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Davis v. City of Idaho Falls

United States District Court, D. Idaho

May 22, 2019

BRIANNA DAVIS, Plaintiff,
v.
CITY OF IDAHO FALLS, a municipal corporation; TAUTPHAUS PARK ZOO, a department of the City of Idaho Falls; RAYMOND PROBERT, an employee of the CITY OF IDAHO FALLS and TAUTPHAUS PARK ZOO; LINDA BEARD, in her official capacity as Tautphaus Park Zoo Supervisor; and ALYSSA ROD, in her official capacity as Tautphaus Park Zoo Supervisor, Defendants.

          MEMORANDUM DECISION AND ORDER

          David C. Nye Chief U.S. District Court Judge.

         I. INTRODUCTION

         Currently pending before the Court is Defendant Raymond Probert's (“Probert”) Motion for Discovery and to Present Rebuttal Evidence (Dkt. 85), and Motion for Determination of Joint Liability and to Assert Offset as an Affirmative Defense (Dkt. 86). Having reviewed the record and briefs, the Court finds that the facts and legal arguments are adequately presented. Accordingly, in the interest of avoiding further delay, and because the Court finds that the decisional process would not be significantly aided by oral argument, the Court will address the motion without oral argument. Dist. Idaho Loc. Civ. R. 7.1(d)(1)(B). For the reasons outlined below, the Court DENIES both motions.

         II. BACKGROUND

         This action relates to an abuse claim between a female minor (Davis) and an adult, male co-worker (Probert). Davis filed her Complaint on December 23, 2014, alleging a variety of state and federal claims against various defendants, including Probert. Dkt. 1. The claims alleged against Probert were: Damages for Depravation of Federal Rights under 42 U.S.C. 1983; Tort in Child Abuse under I.C. § 6-1701; Negligence; Negligent Infliction of Emotional Distress; and Intentional Infliction of Emotional Distress. Id. Davis seeks relief in the form of general and special damages “in an amount to be proven at trial” as well as costs and attorney fees. Id. at p. 12-13.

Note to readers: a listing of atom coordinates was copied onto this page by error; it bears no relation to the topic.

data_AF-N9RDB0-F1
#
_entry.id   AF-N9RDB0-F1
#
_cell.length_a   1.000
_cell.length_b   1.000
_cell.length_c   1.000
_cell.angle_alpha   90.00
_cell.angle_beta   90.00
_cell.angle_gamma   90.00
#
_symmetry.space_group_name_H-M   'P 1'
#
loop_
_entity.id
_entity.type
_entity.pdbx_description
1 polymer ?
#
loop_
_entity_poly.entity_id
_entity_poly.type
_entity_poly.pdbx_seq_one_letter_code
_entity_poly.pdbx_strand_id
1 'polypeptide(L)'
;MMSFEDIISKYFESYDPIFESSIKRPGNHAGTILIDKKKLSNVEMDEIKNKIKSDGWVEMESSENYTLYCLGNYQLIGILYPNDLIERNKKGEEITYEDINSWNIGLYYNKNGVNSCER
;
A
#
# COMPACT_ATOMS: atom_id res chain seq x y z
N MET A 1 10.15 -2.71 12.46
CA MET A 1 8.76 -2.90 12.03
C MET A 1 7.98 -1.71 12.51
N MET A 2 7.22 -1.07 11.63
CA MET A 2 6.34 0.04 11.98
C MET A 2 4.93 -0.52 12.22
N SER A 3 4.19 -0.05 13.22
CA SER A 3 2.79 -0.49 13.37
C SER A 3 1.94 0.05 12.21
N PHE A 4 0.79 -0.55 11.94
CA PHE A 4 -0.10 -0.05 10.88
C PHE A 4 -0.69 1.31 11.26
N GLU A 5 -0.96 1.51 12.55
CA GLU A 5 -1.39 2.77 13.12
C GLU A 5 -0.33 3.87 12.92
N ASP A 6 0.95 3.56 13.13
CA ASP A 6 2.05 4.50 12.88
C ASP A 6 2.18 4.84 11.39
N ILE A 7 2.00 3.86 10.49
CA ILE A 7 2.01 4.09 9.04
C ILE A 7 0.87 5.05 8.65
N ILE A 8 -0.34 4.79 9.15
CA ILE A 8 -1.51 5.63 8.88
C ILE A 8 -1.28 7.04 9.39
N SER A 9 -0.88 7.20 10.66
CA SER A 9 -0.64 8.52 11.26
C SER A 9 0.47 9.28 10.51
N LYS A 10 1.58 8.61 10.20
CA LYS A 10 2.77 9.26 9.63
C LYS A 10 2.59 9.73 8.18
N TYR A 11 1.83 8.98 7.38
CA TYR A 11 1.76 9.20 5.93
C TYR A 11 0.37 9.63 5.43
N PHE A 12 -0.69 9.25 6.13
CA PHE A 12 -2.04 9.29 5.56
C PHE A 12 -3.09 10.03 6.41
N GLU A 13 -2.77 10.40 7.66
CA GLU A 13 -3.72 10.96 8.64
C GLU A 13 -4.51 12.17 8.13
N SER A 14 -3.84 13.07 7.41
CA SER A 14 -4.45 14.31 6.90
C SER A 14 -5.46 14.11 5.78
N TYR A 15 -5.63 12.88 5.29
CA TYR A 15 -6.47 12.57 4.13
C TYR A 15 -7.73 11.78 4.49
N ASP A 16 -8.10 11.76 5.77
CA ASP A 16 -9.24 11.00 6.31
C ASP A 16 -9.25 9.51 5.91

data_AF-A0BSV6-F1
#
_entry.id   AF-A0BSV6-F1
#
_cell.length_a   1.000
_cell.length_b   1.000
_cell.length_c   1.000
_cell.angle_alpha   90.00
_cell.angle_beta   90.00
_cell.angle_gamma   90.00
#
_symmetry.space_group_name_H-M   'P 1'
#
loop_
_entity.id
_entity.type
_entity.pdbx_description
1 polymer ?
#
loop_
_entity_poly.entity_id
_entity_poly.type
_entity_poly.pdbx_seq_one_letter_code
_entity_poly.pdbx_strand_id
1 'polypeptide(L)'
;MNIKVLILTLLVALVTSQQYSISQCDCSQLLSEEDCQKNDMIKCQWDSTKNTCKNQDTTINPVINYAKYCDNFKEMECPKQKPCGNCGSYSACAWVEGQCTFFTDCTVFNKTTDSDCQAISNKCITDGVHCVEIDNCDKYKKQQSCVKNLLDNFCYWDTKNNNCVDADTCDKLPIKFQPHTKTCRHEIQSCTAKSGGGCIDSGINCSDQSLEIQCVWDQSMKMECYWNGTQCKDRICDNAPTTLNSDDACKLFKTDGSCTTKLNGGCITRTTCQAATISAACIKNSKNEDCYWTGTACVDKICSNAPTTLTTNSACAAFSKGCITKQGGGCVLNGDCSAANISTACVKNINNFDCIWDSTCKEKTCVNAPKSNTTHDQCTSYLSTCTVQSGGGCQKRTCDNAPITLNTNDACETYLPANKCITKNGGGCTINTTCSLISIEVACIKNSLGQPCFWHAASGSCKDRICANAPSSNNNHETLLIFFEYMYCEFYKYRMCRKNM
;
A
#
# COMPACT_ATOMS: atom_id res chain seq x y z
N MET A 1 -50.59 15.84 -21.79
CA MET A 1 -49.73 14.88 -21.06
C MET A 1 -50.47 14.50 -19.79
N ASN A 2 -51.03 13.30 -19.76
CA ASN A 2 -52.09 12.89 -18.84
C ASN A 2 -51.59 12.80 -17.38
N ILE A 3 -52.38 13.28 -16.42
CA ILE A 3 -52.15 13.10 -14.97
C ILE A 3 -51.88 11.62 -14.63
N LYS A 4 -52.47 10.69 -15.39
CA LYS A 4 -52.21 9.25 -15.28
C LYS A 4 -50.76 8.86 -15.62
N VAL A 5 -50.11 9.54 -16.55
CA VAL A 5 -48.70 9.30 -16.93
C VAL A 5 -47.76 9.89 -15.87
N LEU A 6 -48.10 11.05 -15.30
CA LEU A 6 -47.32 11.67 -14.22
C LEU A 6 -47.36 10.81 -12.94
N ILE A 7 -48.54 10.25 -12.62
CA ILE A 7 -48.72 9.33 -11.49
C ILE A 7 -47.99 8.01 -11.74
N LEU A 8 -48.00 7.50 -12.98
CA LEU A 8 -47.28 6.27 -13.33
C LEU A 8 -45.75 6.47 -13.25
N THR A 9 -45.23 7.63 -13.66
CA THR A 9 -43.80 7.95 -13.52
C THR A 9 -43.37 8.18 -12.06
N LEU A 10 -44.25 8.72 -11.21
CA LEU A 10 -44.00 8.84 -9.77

On March 24, 2015, Probert was served with service of process. Dkt. 61.1. Davis partially settled her claims against all of the defendants except Probert. Accordingly, on May 1, 2017, United States District Judge Edward Lodge dismissed the case with prejudice as to all defendants except Probert. Dkt. 60. On August 1, 2017, Davis filed her motion for Entry of Default against Probert. Dkt. 62. On August 2, 2017, United States Magistrate Judge Candy Dale granted Davis's motion and ordered the clerk to enter Probert's default under Federal Rule of Civil Procedure 55(a). Dkt. 62. Also on August 2, 2017, Probert's counsel filed a notice of appearance. Dkt. 63. However, Probert did not move to set aside the default.

         On April 4, 2018, Davis filed a second Motion for Entry of a Default and Request for a Default Judgment Evidentiary Hearing/Trial. Dkt. 72. On April 10, 2018, the Court granted Davis's motion and ordered the clerk to enter default. Dkt. 73. The Order permitted Davis to “present evidence of her damages” and permitted Probert “to cross- examine witnesses regarding the mitigation of damages.” Id. On April 13, 2018, the Clerk entered default as to Probert. Dkt. 74.